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JavaOne 2016 Keynotes Cover the Future of Java Near and Far

| by Monica Beckwith on Sep 22, 2016. Estimated reading time: 4 minutes |

Sharat Chander, director of Java product management at Oracle opened the JavaOne 2016 keynotes on the theme of Java's prevalence in every sphere of our lives, personally and career wise, whether it be big data, IOT or even the cloud! He gave the audience a glimpse of Oracle Academy - an avenue where young Java developers feel empowered to gain knowledge, network with and join the Java community.

 

He discussed a complementary initiative at Oracle called go.java, which empowers and inspires the next generation to continue the learning journey. For Java developers, Oracle has launched a new developer portal called the Oracle Developer Gateway.

Next up was Michael Greene, vice president of the software and services group at Intel, whose keynote was centered around "enabling a smart and connected world with Java". Greene described a cycle of growth were smart devices drive data into the cloud, ultimately transforming businesses. He encouraged businesses to tap the end-to-end opportunity provided by Java, and described as an example how Intel is helping to make Java easy, efficient and expansive by collaborating on OpenJDK. He then gave the podium to Benjamin Wolff from Cern, who described Cern's massive control and monitoring devices, as well as their ERP, all running on the JDK.

Nandini Ramani, vice president of engineering at Twitter next joined Greene on stage. Ramani disclosed how Twitter had been unable to cope with the volume of traffic produced during the 2010 World Cup, and how they made an engineering decision to move away from the monolithic Ruby-on-Rails and migrate to a microservices architecture using Java and Scala on Linux, on OpenJDK. By the latest 2014 World Cup, Twitter was able to handle over 35 million tweets without breaking a sweat.

Raynold Xin, chief architect and co-founder of Databricks, next spoke about Apache Spark. Spark applications range from business intelligence to machine learning (artificial intelligence) and real-time data analytics. According to Xin, the JVM will first need to improve numerical computation by enhancing vectorization optimization, and project Panama will play a key role here. Secondly, the JVM will need to expose lower-level hardware features.

Next Georges Saab, vice president of development at Oracle, took stage and introduced Dr. Anita Sengupta, research professor at the University of Southern California. Dr. Sengupta gave the audience a deep dive into investigations on the planet Mars by various vehicles, the latest being the Curiousity rover. She highlighted similarities and differences between Mars and Earth, and talked about the engineering efforts involved in system development and testing. Dr. Sengupta then provided a visual demo of the actual landing process as well the post-landing analysis of the actual landing and calculation models. She discussed the various metrics gathering systems on Mars such as spectroscopy, weather sensors and life form sensors. Dr. Sengupta prognosticated on the future of explorative technological investigations leading to sending humans to Mars, and wondered if people would welcome such exploration and settlement on a new-world.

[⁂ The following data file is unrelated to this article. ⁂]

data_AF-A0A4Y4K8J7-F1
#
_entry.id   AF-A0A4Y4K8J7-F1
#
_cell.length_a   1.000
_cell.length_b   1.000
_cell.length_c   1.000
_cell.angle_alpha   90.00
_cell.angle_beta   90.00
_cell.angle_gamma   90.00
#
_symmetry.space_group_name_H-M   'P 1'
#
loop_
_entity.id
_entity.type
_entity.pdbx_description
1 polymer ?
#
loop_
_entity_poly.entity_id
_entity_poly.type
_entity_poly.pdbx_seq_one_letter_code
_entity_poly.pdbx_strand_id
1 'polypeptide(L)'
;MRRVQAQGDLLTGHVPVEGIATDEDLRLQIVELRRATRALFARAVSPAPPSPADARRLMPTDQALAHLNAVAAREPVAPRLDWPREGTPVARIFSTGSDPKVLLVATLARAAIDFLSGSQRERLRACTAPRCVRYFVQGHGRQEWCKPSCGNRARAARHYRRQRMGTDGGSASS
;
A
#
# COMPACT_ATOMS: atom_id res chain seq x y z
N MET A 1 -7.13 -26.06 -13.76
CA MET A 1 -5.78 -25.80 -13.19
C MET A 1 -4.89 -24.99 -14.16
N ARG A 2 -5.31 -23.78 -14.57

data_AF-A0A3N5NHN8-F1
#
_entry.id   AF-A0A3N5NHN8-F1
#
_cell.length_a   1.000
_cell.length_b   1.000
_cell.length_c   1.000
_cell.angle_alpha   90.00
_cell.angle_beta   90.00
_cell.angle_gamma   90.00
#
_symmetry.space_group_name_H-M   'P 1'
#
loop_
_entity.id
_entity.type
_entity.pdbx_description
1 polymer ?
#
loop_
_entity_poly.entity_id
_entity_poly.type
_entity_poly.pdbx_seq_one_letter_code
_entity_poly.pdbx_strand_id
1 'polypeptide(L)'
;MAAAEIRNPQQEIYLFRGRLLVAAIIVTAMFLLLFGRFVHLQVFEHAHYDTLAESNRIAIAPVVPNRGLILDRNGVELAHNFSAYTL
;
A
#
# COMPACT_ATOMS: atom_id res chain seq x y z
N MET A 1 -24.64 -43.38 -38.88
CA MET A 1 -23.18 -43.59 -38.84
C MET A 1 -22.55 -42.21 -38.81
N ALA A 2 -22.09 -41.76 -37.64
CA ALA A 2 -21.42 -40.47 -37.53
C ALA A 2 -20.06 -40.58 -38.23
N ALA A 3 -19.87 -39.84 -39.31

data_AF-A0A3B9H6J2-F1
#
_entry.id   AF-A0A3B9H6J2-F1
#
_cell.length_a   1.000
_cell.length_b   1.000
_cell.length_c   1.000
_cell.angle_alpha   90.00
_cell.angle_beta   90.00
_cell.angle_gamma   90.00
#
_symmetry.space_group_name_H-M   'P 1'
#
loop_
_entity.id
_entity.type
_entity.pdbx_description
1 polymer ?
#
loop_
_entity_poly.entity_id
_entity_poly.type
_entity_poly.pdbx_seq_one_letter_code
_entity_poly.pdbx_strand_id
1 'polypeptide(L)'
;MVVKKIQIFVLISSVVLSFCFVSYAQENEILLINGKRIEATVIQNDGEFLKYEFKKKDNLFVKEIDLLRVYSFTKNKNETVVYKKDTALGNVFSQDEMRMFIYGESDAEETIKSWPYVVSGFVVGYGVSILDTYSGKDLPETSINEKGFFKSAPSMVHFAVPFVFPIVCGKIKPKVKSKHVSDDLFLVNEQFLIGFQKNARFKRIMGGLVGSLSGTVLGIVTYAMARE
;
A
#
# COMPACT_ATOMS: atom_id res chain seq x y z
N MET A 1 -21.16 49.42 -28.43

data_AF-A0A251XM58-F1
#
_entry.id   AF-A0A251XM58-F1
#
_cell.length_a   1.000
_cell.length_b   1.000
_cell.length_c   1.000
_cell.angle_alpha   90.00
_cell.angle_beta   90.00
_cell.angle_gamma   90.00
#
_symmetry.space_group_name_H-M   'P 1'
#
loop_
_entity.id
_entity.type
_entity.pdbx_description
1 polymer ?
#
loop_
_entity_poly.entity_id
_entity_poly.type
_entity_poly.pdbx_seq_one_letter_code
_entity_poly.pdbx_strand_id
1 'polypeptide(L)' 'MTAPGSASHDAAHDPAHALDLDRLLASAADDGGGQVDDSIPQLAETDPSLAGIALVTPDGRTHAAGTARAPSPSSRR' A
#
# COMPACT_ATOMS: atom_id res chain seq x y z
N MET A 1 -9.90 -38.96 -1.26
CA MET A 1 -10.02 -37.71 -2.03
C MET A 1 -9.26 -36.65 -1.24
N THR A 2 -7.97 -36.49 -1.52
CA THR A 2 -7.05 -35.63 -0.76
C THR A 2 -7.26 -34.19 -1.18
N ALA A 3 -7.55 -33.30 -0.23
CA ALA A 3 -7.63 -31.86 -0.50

Saab next re-took the stage and walked the audience down memory lane, followed by a discussion of the growth of Java and its philosophies. (See the image below.)

Saab talked about meeting developers where they need to be productive and announced that the Oracle JDK will soon be distributed with Docker. This was followed by success stories by Masahiro Yoshioka, staff manager of the IT solution division at Mazda, and Clement Pang, co-founder and chief architect at Wavefront. Saab implored the audience to upgrade to Java 8, and that many explorers and developers have already downloaded Java SE 9. He then invited Mark Reinhold, chief architect of the Java platform group at Oracle to the stage.

Reinhold started with the much anticipated Java 9, and gave the audience a glimpse of all the JEPs that will comprise the product. He discussed the new JShell interactive console (covered in a recent news piece by InfoQ.) Reinhold then moved on to Project Jigsaw, that defines a standard modular system for the current monolithic platform. This modular system has the properties of scalability, approachability and compatiblility. The fundamentals of the proposed modular system design provides strong encapsulation and reliable configuration. He then provided the following examples with the use of JShell:

Reinhold then set aside the JShell console and provided the following graphical representation of the (72) Java standard modules.

He assured us that existing code will work without any issues. In general, if applications only use the Java SE libraries, they should have no problem with running on Java 9. But the internal APIs have been encapsulated for security and integrity and that could pose problems for code that may have been dependent on those internal APIs.

According to Reinhold, the JDK is built with JLink and he provided examples on how to use JLink to make smaller JDK:

Reinhold then welcomed Brian Goetz, Java language architect at Oracle, who talked about Java 10 and beyond. Goetz discussed boiler plate code and how to eliminate it for simple domain classes. He also talked about expanding the scope of type inference to local variables. Reinhold queried Goetz on the bigger projects - project Valhalla and project Panama. InfoQ covered both in its JavaOne 2015 keynote coverage.

The keynote concluded with Anil Gaur, group vice president of cloud application foundation at Oracle. For more information on Gaur's keynote, please refer to InfoQ's coverage here.

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